With financial markets remaining turbulent, which sectors and asset classes present opportunities for an unconstrained multi-asset strategy?

  • Rising interest rates, global growth concerns and a less accommodative monetary-policy backdrop highlight the need for careful consideration not just of individual companies but also of thematic trends.
  • We are placing greater emphasis on more defensive businesses, including pharmaceuticals.
  • Other areas of interest from a thematic perspective include renewables and infrastructure, although it is vital to consider valuations carefully.
  • Select commodities also hold appeal as near-term beneficiaries of supply constraints, while copper is an area of secular growth.

Rising interest rates, global growth concerns and a less accommodative monetary-policy backdrop do not optically create a positive cocktail for global equity markets. Indeed, rising bond yields over the last six months have already caused significant collateral damage, with many of the former Covid beneficiaries in the large-cap technology area falling precipitously from their heady heights, feeding through to a wave of cost-cutting. The ripple effects have spread wider, with the spotlight further cast on those companies that are yet to turn a profit, erstwhile dependent on their rising stock prices to fund operations and growth, as well as to attract talent from a tight labour market pool.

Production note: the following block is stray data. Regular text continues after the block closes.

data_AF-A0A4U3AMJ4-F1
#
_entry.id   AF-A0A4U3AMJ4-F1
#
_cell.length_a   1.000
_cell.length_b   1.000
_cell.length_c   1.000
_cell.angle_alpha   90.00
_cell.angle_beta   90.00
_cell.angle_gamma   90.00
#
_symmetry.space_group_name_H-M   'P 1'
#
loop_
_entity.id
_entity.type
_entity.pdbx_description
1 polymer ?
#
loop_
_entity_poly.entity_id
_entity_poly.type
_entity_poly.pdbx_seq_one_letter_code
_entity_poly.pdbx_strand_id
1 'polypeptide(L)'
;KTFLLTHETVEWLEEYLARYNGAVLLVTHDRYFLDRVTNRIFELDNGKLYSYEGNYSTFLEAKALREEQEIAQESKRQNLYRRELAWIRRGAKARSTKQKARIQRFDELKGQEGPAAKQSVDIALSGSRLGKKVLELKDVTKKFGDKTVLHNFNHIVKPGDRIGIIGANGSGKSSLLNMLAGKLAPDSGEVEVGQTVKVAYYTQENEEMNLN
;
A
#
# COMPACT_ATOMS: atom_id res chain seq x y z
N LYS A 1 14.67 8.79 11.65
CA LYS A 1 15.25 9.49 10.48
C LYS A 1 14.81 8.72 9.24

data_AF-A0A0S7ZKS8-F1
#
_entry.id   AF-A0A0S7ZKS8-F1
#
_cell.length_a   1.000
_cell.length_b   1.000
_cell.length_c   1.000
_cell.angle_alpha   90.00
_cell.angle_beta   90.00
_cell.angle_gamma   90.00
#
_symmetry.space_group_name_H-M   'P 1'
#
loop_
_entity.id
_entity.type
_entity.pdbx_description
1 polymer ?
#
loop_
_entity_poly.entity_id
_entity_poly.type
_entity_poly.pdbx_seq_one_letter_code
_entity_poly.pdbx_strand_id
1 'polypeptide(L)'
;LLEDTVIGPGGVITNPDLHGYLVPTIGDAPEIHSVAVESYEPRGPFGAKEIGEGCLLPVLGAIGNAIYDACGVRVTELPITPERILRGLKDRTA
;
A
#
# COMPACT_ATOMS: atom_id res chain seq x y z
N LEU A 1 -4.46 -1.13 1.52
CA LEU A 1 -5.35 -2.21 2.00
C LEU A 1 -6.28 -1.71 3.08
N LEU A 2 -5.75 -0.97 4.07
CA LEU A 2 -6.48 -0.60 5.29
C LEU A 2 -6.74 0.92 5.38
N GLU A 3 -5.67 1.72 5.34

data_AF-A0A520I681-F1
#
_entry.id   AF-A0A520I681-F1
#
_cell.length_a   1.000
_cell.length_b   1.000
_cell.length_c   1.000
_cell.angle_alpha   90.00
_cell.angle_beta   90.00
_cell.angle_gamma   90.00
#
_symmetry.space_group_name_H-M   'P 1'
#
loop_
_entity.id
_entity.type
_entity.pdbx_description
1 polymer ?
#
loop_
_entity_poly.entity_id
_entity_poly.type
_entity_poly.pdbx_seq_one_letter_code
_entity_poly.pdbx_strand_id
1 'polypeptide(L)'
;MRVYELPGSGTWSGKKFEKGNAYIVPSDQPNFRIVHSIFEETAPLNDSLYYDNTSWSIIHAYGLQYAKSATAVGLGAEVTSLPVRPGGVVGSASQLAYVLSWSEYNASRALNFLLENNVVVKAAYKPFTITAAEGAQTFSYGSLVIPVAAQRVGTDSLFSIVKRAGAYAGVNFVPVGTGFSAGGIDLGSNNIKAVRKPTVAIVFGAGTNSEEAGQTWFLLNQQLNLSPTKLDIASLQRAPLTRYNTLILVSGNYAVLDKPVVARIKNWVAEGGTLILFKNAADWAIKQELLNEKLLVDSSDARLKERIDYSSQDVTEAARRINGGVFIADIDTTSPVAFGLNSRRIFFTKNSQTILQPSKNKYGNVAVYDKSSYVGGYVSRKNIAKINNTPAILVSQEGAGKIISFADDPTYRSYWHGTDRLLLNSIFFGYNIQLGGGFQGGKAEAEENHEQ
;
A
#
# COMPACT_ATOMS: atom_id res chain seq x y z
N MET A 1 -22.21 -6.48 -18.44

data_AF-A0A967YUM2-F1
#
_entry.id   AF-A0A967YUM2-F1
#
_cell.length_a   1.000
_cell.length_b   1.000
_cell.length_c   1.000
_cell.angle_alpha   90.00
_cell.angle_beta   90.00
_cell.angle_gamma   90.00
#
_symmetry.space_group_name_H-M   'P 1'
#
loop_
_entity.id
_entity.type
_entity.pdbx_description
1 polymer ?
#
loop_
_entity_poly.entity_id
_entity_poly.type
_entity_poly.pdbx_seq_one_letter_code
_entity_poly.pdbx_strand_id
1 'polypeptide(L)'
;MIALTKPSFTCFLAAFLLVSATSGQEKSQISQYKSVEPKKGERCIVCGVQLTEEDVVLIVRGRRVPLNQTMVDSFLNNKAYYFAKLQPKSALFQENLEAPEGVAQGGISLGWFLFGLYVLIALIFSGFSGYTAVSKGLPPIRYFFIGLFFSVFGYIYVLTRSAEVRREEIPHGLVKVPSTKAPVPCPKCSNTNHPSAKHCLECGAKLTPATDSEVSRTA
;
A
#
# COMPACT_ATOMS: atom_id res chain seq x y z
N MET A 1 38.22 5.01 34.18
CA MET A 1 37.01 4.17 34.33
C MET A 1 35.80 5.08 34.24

While it is not our base case that we will experience a full-scale liquidity event, such developments in the tech sector are concerning. They put the spotlight on the need for a discerning approach to stock picking and the requirement for careful consideration not just of individual companies but also of thematic trends. This marries a full understanding of a business’s fundamentals and stock characteristics with long-term thematic trends such as an ageing population and the influence of big government.

A global thematic approach has been espoused by Newton since its foundation in 1978, and themes are viewed as providing a more meaningful lens to consider opportunities than traditional sectors. Similarly, a crude geographic classification based on where a company is quoted can be misleading in terms of understanding where the true risk exposure of holdings lies. For instance, while at first glance the European exposure of the equity portion of our Real Return portfolios may appear substantial, the picture looks quite different on a revenue basis, evidencing the limitations of traditional methods of ‘slicing and dicing’ portfolios.

Turning back to themes, while the common thread of these tends to be the ability to capture long-term trends, their relevance over discrete periods is undoubtedly influenced by shorter-term forces and the market cycle itself. For example, we are currently experiencing a period of heightened volatility in markets, exacerbated by geopolitical turmoil, intense inflationary pressures, and the decision of central banks to rein back easy monetary conditions by initiating quantitative tightening (reducing their balance sheets by selling assets).